But if Mamet is hard on Gentiles, he is even harder on those assimilated Jews he regards as "wicked sons." So desperate are they for mainstream approval that such people will do absolutely anything to think, feel, and act as un-Jewishly as possible. In advanced stages of the phenomenon, so Mamet argues, their self-loathing leads to self-hatred and what can only be called Jewish anti-Semitism.

Mamet gives the impression that there are many Jewish Americans in this camp (indeed, for him, everyone not as religiously observant or as Jewishly committed as he is, swells the number), but Mamet's unflinching screed is longer on white-hot passion than on the way things actually are. Jews who are formed by and live comfortably in America are not self-hasting Jews, despite the number of non-kosher hot dogs they eat at baseball games.

And, just as there can be Jewish anti-Semites, there can also be Jewish philo-Semites--that is, Jews who drip with chauvinism and who push a justifiably "Jewish pride" to unwarranted heights. Such people can tick off the names of Jewish sports heroes (from Barney Ross to Sandy Koufax), even though there are very few Jews in the National football or basketball leagues; and they make sure that their children can identify all the important Jewish violinists or orchestra conductors.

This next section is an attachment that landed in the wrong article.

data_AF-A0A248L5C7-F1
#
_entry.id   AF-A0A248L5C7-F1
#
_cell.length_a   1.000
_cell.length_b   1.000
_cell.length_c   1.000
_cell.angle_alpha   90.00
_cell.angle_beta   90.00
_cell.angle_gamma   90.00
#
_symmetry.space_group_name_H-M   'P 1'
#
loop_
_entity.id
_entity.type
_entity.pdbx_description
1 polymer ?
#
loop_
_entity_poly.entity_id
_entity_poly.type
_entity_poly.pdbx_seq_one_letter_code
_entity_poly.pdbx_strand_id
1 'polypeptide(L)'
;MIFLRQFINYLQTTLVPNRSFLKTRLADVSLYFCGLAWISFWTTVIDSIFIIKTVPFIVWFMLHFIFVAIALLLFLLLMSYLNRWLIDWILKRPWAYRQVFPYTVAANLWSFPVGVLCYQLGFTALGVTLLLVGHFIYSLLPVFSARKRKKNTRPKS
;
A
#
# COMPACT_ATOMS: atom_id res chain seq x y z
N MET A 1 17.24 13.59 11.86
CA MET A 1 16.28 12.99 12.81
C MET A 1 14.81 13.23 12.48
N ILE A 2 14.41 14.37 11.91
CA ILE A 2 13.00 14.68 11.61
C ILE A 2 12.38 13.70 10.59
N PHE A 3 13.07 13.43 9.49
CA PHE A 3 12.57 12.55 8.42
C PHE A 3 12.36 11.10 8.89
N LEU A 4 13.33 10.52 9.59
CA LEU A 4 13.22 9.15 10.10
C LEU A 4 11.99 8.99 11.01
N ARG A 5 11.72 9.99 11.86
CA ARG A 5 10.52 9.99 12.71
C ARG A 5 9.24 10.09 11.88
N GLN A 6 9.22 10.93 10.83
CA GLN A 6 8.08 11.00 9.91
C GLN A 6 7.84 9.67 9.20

At this point let me make it clear that while I might have an uncomfortable moment or two when surrounded by philo-Semites, I much prefer their company to that of anti-Semites. The former shower me with praise; the latter can't stand my guts.

Because I now live in south Florida and, like many others, spend most afternoons in the sun and at the pool, I know full well how discussions of health and the best early-bird special can lead to casual, (usually uninformed) discussions of kashrut and how kosher foods have spared the Jews from the ravages of trichinosis and much more. "The ancient Jews were smart not to eat pig," one fellow condo resident claims, "because pork and ham were not sanitary at the time."